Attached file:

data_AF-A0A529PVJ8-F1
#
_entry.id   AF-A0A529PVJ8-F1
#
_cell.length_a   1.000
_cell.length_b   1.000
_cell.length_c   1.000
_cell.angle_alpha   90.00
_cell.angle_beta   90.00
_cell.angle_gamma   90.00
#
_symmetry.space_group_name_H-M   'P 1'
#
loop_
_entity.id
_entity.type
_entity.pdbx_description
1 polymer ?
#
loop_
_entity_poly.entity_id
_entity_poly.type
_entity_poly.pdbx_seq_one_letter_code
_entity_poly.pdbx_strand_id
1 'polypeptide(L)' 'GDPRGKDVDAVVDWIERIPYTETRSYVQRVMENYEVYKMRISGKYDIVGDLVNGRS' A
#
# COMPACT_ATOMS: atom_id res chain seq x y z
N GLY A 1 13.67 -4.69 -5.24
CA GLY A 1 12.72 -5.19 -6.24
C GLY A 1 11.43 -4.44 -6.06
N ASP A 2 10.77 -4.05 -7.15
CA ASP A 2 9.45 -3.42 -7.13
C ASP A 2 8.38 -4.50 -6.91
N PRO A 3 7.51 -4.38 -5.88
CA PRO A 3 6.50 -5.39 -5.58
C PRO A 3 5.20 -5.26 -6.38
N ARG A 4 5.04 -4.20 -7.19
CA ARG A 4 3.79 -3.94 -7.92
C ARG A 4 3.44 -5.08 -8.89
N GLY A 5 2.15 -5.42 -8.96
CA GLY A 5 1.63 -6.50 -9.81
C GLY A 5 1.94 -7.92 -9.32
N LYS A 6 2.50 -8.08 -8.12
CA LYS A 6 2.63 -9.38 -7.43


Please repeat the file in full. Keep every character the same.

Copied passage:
data_AF-A0A529PVJ8-F1
#
_entry.id   AF-A0A529PVJ8-F1
#
_cell.length_a   1.000
_cell.length_b   1.000
_cell.length_c   1.000
_cell.angle_alpha   90.00
_cell.angle_beta   90.00
_cell.angle_gamma   90.00
#
_symmetry.space_group_name_H-M   'P 1'
#
loop_
_entity.id
_entity.type
_entity.pdbx_description
1 polymer ?
#
loop_
_entity_poly.entity_id
_entity_poly.type
_entity_poly.pdbx_seq_one_letter_code
_entity_poly.pdbx_strand_id
1 'polypeptide(L)' 'GDPRGKDVDAVVDWIERIPYTETRSYVQRVMENYEVYKMRISGKYDIVGDLVNGRS' A
#
# COMPACT_ATOMS: atom_id res chain seq x y z
N GLY A 1 13.67 -4.69 -5.24
CA GLY A 1 12.72 -5.19 -6.24
C GLY A 1 11.43 -4.44 -6.06
N ASP A 2 10.77 -4.05 -7.15
CA ASP A 2 9.45 -3.42 -7.13
C ASP A 2 8.38 -4.50 -6.91
N PRO A 3 7.51 -4.38 -5.88
CA PRO A 3 6.50 -5.39 -5.58
C PRO A 3 5.20 -5.26 -6.38
N ARG A 4 5.04 -4.20 -7.19
CA ARG A 4 3.79 -3.94 -7.92
C ARG A 4 3.44 -5.08 -8.89
N GLY A 5 2.15 -5.42 -8.96
CA GLY A 5 1.63 -6.50 -9.81
C GLY A 5 1.94 -7.92 -9.32
N LYS A 6 2.50 -8.08 -8.12
CA LYS A 6 2.63 -9.38 -7.43